Last night in the UK, US and Europe, we were spoiled with multiple and bright ISS passes. Not just one or two, but up to six passes were able to be viewed throughout the evening in some locations.
This is quite rare as normally we get only one or maybe two visible passes in the evening or morning.
So why are we getting as many as four to six passes per night?
The ISS did receive an orbital boost and its altitude increased by around 20 kilometers. The orbital height of the ISS has an effect on how many visible passes there are at present in the Northern hemisphere. Another reason is because of the time of year.
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We are only a week or so away from the Summer Solstice, the time of year when the Northern hemisphere receives the most hours of sunlight. Naturally this means we only have a few hours of darkness and the further North you go, the shorter the nights are and in some locations this time of year, it doesn’t ever get truly dark.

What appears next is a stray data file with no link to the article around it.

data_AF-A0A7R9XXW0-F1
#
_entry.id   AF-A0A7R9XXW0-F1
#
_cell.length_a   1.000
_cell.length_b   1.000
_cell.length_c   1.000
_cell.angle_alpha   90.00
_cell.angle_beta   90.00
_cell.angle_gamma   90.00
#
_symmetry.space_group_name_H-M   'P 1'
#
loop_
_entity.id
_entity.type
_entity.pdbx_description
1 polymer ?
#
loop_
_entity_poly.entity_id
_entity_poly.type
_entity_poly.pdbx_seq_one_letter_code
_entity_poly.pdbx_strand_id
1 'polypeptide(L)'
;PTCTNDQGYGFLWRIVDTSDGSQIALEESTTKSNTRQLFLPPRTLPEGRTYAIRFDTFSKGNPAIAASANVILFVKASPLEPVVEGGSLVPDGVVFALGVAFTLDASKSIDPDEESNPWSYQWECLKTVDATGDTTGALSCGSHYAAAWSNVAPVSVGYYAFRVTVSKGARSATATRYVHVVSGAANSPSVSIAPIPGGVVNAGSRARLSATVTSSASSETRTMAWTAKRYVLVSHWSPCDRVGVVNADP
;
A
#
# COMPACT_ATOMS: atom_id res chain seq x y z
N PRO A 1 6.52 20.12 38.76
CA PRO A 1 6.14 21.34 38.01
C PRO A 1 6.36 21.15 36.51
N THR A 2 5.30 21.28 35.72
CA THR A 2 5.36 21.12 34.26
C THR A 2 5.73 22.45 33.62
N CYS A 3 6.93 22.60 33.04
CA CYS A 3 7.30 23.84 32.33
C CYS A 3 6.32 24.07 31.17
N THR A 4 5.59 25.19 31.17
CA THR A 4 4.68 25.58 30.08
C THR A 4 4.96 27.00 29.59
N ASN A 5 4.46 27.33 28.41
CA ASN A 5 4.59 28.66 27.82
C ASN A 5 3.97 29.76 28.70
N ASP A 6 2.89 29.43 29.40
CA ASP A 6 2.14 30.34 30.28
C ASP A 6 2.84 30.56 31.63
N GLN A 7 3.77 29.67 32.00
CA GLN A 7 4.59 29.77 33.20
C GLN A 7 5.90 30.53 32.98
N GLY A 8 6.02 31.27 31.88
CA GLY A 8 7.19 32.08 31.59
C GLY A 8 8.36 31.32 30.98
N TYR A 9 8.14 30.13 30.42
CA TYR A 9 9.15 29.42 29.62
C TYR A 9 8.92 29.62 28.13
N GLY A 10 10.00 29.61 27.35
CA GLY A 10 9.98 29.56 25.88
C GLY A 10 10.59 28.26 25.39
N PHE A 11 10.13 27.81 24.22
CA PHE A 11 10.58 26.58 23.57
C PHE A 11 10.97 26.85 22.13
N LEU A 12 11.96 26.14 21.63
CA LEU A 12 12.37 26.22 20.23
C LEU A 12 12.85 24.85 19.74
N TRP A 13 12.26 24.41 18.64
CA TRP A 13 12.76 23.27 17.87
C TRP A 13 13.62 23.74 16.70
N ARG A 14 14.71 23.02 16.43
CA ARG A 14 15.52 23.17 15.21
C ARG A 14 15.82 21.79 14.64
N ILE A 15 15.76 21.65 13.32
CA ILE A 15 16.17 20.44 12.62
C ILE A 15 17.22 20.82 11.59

So why does this affect the ISS?
Basically the ISS visible passes have increased due to the station being illuminated much more by the Sun as there are more hours of sunlight right now, but the effect will wear off when we pass through Summer solstice and the nights get longer again.
Take advantage of this rare time and go outside and enjoy the ISS as much as you can in this series of visible passes.
Need to know how and when you can see the ISS? NASA has a Skywatch page where you can find your specific city to look for satellite sighting info.
Heaven’s Above also has a city search, but also you can input your exact latitude and longitude for exact sighting information, helpful if you live out in the country.